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Newtown area towns overflow their boundaries

Updated 9:58 pm, Sunday, December 23, 2012

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  • A sign along Route 302 in Bethel shows how the region is affected by the Sandy Hook tragedy. Photographed Sunday, Dec. 23, 2012. Photo: Michael Duffy / The News-Times
    A sign along Route 302 in Bethel shows how the region is affected by the Sandy Hook tragedy. Photographed Sunday, Dec. 23, 2012. Photo: Michael Duffy

 

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The tragedy in Newtown on Dec. 14 reinforces for some how closely the towns of Fairfield County are intertwined.

The shock and sadness of the horrific shooting that took the lives of 20 children and six adults are acutely felt by residents of the surrounding area because of their strong connections with each other.

"They are seamless boundaries," said Nancy Sudik, executive director of the Danbury Music Centre. "People's love and affection is pouring out to everybody."

Vigils held in towns over the past week, green ribbons worn by citizens and signs like Bethel's declaration of support demonstrate the shared compassion for Newtown.

One example was a road race Saturday that benefitted the Sandy Hook Elementary School families.

The race was organized by the peers of triathlete Christopher McDonnell from Newtown, who lost his 7-year-old daughter, Grace, in the shooting.

"We're all like a community, a tight-knit community," said Greg Pelican, owner of Bethel Cycle, about the runners, cyclists and triathletes who associate through the Bethel Cycle Club. "We are friends and get together and help each other."

More than 200 runners from across the area took part in the 12-mile race, including 10 from his club. It raised $5,000, though it was put together in only 24 hours, he said.

The route started in the center of Roxbury and traveled along the Housatonic into the center of Sandy Hook.

"At Grace's service, they gave us bracelets with Grace's name in her favorite color, purple," Pelican said. "I was running and when I reached Sandy Hook, I looked down at the bracelet and was thinking of her. It was pretty moving."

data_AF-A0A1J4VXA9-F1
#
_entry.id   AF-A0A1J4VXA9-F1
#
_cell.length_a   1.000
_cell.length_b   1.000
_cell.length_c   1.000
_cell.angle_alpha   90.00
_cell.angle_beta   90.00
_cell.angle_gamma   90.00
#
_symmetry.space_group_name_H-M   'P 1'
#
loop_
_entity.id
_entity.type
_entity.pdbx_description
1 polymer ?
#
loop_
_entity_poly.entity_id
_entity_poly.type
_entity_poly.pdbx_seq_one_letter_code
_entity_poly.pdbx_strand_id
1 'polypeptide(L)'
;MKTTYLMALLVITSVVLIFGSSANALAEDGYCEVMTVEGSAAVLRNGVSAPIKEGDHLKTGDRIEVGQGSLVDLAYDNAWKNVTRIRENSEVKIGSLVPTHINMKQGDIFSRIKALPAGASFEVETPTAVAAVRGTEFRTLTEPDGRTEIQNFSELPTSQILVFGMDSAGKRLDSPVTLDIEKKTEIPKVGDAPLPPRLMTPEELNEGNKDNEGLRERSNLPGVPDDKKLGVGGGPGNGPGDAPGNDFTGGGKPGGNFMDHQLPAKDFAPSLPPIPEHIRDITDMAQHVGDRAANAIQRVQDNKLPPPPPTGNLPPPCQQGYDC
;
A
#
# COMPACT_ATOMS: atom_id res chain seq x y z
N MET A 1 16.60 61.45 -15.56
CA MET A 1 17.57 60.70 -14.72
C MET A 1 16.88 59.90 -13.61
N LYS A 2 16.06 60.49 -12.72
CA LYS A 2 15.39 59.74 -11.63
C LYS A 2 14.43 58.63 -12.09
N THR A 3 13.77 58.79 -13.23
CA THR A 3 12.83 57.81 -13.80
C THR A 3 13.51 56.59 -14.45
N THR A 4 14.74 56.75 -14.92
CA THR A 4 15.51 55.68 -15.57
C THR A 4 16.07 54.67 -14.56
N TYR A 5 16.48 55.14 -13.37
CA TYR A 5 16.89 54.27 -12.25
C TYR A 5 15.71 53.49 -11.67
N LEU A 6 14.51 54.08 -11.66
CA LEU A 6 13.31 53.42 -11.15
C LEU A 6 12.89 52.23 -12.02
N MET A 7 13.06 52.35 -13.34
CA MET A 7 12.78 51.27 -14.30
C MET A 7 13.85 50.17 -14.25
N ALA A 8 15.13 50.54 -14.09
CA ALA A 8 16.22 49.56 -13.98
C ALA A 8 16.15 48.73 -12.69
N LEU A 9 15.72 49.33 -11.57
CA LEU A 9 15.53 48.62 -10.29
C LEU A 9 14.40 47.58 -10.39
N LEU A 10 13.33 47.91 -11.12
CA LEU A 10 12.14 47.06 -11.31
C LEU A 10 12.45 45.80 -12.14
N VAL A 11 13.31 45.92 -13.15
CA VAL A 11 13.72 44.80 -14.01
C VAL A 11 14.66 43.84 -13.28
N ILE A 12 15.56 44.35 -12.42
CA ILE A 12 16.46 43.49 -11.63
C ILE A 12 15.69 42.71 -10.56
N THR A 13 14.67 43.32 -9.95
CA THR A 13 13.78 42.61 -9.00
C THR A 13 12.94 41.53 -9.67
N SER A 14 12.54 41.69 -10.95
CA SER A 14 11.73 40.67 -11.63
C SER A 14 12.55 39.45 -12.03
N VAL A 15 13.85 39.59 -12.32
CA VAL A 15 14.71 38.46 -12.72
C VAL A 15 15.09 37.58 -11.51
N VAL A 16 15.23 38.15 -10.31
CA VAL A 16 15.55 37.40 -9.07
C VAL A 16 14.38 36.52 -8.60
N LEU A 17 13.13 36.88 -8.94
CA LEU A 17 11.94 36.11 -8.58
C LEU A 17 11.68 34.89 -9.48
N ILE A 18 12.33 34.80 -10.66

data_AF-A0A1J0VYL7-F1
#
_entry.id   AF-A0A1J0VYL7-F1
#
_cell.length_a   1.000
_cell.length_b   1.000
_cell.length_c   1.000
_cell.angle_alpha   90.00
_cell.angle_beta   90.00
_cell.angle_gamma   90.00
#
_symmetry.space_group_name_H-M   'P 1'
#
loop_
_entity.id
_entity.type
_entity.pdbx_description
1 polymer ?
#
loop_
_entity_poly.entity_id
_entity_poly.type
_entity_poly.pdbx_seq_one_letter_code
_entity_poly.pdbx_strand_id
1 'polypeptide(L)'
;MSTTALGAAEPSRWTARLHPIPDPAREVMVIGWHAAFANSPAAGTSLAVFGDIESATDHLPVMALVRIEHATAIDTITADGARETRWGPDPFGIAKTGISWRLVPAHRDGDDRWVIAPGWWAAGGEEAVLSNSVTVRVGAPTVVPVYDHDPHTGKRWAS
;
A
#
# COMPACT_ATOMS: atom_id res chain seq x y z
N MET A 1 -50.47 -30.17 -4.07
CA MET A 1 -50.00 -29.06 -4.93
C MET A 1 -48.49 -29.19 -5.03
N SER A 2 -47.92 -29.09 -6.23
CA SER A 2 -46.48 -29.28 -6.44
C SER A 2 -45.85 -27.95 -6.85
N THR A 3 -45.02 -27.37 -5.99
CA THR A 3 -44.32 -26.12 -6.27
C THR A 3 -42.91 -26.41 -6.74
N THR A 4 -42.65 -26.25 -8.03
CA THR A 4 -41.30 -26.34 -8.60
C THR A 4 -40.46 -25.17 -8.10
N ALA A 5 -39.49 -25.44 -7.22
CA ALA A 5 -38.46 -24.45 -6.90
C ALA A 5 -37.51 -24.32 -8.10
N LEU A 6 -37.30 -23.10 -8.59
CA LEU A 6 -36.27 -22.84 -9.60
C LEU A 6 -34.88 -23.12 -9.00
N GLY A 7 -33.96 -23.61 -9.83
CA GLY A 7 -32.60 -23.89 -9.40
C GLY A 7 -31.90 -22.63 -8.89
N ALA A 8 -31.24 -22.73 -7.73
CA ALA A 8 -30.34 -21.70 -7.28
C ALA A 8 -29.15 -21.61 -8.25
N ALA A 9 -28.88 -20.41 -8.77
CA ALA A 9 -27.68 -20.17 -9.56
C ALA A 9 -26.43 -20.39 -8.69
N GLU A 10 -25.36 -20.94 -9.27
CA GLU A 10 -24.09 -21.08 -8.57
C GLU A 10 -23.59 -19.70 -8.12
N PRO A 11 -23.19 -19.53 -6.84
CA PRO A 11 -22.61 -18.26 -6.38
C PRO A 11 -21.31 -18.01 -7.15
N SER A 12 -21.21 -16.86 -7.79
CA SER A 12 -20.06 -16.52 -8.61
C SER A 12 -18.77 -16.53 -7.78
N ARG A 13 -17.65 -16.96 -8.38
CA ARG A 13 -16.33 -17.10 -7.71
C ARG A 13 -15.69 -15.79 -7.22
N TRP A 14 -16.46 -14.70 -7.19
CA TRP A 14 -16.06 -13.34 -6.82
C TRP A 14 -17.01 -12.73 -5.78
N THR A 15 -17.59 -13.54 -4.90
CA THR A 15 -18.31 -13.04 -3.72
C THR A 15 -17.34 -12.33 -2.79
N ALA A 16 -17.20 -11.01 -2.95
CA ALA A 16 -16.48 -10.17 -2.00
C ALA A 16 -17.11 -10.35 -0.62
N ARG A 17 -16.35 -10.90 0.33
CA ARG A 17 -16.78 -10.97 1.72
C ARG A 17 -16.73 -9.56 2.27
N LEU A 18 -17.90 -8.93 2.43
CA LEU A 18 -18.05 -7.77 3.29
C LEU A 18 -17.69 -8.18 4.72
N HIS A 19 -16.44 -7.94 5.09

The Brookfield Theater for the Arts brings high school and college students from across the area together for plays, one of the few area-wide theatrical programs available for young people.

On Thursday, the theater held a benefit for the Sandy Hook families and plans another one in January, according to the president and artistic director, Michael Burnett.

"People came together from all over to take part Thursday," Burnett said. "It becomes a family, especially when the kids come together. That generation does it better than the adults, I think. It's very seamless."

In the same way, Danbury Music Centre is a hub of sorts, bringing together people for programs that individual towns couldn't support, she said.

For instance, the center's Nutcracker Ballet production has children from 30 towns, and musicians in the Danbury Symphony Orchestra and singers in the choral group come from across the area, too, Sudik said.

The educational community overlaps in so many ways across area towns that the connections abound.

For example, Danbury High School teacher Cindy NeJame said she had taught Newtown substitute teacher Lauren Rousseau, who was killed Dec. 14. Also, NeJame's son, Devin, and Rousseau were working together at Starbucks.

NeJame also taught with Dawn Hochsprung, the Sandy Hook principal killed in the shooting, and was mentored by Hochsprung's husband, George, who still teaches in Danbury.

"Some of our students had just been to Newtown High School days before the shooting -- the multicultural class and Newtown high students had been to Danbury," NeJame said.

"There are differences between them that are cultural, but there are also fundamental, shared foundations."

eileenf@newstimes.com; 203-731-3333